EchoStar Communications Corp. added 335,000 net new Dish Network subscribers during the first quarter, elevating its customer base to 7.16 million homes.
In an earnings call with analysts last Thursday, CEO Charlie Ergen projected that Dish would reach 8 million direct-broadcast satellite customers by year-end.
The guidance excludes any subscriber upside from the company's proposed merger with DirecTV Inc. parent Hughes Electronics Corp., which could close late this year if it wins government approval. DirecTV has roughly 11 million subscribers.
EchoStar's net loss for the quarter totaled $39 million. Cash-flow results improved over the year-ago period, but missed Wall Street analysts' expectations, which drove the company's stock price down 5 percent in heavy trading last Thursday.
Ergen admitted he was disappointed with some of the company's financial metrics during the quarter, but said they were a result of strategic decisions EchoStar made to help its long-term economic model.
Promotions geared toward getting new subscribers to place multiple satellite receivers in their homes led to higher costs, but could help EchoStar in the long run by lowering customer churn and boosting revenue per subscriber, Ergen predicted.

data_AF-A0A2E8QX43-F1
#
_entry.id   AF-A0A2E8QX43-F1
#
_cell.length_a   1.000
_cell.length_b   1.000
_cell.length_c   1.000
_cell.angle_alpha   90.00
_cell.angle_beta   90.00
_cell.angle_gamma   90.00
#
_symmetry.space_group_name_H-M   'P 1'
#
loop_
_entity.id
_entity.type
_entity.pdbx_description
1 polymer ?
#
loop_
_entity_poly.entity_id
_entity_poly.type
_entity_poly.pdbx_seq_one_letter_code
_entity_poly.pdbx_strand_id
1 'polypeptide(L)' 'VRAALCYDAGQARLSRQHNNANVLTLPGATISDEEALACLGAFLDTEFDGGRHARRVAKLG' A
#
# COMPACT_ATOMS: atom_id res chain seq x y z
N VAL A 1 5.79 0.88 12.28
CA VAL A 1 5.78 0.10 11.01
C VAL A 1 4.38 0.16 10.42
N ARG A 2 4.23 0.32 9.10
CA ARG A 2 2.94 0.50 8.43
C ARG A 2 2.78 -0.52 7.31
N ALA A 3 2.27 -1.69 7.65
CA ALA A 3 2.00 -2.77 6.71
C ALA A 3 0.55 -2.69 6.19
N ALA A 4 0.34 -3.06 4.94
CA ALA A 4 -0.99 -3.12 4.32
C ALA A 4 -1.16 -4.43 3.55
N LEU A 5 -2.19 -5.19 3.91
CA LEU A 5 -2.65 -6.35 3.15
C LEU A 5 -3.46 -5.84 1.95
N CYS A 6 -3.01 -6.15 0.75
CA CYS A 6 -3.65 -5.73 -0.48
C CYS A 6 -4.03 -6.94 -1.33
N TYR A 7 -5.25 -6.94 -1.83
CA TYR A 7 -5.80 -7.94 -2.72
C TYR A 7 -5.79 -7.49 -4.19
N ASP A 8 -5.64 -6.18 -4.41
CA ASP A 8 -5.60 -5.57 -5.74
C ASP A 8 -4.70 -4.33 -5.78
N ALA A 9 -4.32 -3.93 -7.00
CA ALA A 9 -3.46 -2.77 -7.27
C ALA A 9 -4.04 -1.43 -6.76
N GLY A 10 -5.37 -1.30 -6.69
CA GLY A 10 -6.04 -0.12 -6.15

And promos that offered free or discounted programming also cut into the company's first-quarter revenue, he said.
Revenue from new subscribers who signed during last year's "I Like Nine" promotion cycle, as well as a more-recent three-month free-programming deal, should rise, the company said.
In a research report last Friday, Deutsche Bank Securities analyst Karim Zia called EchoStar's results "solid," and noted that they highlighted DBS's subscriber-growth momentum.
"I believe we're building value in our company every day," Ergen told analysts last week. "We have a really good feel for the trends and for the industry. We're solid financially."
The proposed merger continues to be top management's primary focus, Ergen said. Industry-wide piracy problems probably played a role in cable's weakened subscriber growth, Ergen said. If consumers can get satellite television for free, he added, they're likely to churn from cable.